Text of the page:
But the painting known as Guernica is something to be seen.
I had a few hours to kill before yet more beer in Madrid so I popped across to the Queen Sofia National Museum
The painting appears on a wall on the left hand side, through a huge open doorway. Photography isn’t allowed around the painting itself so a stock picture appears below. It truly doesnt do it justice.
As a big fan of history, I was reasonably aware of the story of both the event itself and the painting, but to see it in the flesh, to actually visualise the suffering as painted by a twisted genius was momentarily overwhelming.
Painted as a response to the bombing of a Basque village in northern Spain by German and Italian warplanes at the request of Spanish nationalists, the painting bought worldwide attention to the act itself and the Spanish civil war as a whole.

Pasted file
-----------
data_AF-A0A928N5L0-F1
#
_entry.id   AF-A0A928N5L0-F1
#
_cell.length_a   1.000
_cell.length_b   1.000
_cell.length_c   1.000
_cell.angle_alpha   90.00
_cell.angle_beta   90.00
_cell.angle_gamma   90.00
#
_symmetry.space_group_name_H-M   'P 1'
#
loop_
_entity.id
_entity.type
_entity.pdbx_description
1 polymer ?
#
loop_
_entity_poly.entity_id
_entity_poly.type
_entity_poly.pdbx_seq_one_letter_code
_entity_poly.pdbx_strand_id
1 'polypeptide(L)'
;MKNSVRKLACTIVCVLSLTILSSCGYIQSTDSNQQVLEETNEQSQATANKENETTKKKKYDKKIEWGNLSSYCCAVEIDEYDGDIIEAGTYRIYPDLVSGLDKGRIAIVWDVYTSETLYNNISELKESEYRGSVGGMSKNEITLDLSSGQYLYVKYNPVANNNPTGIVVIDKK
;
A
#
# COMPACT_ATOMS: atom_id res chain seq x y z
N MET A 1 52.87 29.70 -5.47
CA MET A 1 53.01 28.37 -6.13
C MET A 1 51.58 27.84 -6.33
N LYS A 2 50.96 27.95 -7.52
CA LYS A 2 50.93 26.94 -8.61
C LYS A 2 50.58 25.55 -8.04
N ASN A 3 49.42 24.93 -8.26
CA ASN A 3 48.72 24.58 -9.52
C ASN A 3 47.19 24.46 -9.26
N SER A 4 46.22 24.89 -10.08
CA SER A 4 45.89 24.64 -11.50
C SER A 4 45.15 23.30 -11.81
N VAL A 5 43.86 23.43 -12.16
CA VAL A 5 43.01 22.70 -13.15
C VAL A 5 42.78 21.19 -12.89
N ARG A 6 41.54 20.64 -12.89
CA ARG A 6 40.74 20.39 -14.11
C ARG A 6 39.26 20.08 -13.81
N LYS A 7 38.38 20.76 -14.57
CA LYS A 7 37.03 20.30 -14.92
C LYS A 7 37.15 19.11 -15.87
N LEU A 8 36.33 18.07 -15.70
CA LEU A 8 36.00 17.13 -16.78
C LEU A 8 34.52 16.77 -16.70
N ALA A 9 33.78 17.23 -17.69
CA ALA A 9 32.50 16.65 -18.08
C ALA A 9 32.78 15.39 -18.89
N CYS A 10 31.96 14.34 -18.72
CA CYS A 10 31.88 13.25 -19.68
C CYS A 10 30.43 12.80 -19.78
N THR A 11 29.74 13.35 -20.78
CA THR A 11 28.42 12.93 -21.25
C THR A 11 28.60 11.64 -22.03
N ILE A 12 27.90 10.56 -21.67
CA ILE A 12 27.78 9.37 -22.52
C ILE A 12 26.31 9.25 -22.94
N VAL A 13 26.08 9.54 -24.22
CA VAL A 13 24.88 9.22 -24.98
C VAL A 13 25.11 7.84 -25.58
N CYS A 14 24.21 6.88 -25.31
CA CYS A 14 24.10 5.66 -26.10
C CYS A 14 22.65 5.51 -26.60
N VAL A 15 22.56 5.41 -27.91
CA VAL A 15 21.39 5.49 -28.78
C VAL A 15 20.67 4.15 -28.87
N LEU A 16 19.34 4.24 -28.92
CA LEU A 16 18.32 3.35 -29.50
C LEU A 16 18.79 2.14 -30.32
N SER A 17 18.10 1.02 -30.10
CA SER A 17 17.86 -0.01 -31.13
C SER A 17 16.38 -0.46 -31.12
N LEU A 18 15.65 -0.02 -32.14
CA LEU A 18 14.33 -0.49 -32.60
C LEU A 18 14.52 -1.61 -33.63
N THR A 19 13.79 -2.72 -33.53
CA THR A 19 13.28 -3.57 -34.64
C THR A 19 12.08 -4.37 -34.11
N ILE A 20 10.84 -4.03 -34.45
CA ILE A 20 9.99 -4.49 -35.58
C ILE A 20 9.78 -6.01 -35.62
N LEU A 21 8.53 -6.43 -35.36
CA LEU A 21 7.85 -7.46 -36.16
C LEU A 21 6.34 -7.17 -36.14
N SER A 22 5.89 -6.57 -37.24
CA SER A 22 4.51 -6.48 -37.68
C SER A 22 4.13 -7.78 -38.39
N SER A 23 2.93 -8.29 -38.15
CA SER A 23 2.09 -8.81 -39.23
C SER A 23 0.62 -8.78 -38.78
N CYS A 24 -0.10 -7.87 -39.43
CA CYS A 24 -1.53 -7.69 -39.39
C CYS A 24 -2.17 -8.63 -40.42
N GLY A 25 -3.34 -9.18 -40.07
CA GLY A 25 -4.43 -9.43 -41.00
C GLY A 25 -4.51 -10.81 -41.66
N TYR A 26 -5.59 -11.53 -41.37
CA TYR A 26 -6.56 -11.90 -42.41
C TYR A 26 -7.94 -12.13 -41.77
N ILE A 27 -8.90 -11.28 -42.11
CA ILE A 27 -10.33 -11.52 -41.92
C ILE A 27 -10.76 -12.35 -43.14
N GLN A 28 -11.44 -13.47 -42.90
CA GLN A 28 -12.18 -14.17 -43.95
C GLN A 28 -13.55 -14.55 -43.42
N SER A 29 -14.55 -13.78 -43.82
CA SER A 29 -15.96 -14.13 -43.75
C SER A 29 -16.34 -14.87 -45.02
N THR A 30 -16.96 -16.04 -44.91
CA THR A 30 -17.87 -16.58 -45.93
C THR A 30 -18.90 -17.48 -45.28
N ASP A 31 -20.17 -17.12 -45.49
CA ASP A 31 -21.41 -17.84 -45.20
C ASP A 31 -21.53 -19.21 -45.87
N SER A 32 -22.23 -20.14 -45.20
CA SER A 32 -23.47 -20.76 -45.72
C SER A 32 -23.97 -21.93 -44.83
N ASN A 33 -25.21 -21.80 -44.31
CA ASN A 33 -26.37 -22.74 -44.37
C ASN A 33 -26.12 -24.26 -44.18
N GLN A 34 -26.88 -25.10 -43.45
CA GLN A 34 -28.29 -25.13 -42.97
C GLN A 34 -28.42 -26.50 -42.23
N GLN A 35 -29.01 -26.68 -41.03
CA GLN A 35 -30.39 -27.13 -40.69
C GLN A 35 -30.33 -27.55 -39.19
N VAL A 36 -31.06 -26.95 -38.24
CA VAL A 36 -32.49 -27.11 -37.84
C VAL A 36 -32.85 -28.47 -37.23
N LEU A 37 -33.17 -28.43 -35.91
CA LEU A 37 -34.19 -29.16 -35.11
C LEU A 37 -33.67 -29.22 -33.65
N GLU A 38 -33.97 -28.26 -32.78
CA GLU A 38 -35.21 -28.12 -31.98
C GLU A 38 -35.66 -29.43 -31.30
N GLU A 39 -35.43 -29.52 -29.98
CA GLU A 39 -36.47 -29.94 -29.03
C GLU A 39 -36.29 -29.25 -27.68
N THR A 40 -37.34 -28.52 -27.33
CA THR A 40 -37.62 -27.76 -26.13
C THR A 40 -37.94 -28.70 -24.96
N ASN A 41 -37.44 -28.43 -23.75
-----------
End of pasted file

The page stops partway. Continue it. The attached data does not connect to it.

On the wall opposite the painting is a series of four small sketches, which was the progression of the final image. He was commissioned to paint it by the Spanish Republican government in January 1937 and finally finished it in early June, after having read an account of the bombing. Widely recognised as being one of the most powerful anti-war paintings ever, it was difficult for me to see the relevance of this painting to a single event but as an anti-war painting, it certainly works.
As an aside, if you happen to be in Madrid and you like art, the Dali room was just next door to the Picasso room. To a non arty type like myself, it would seem that the magic mushrooms back in the day were fairly potent.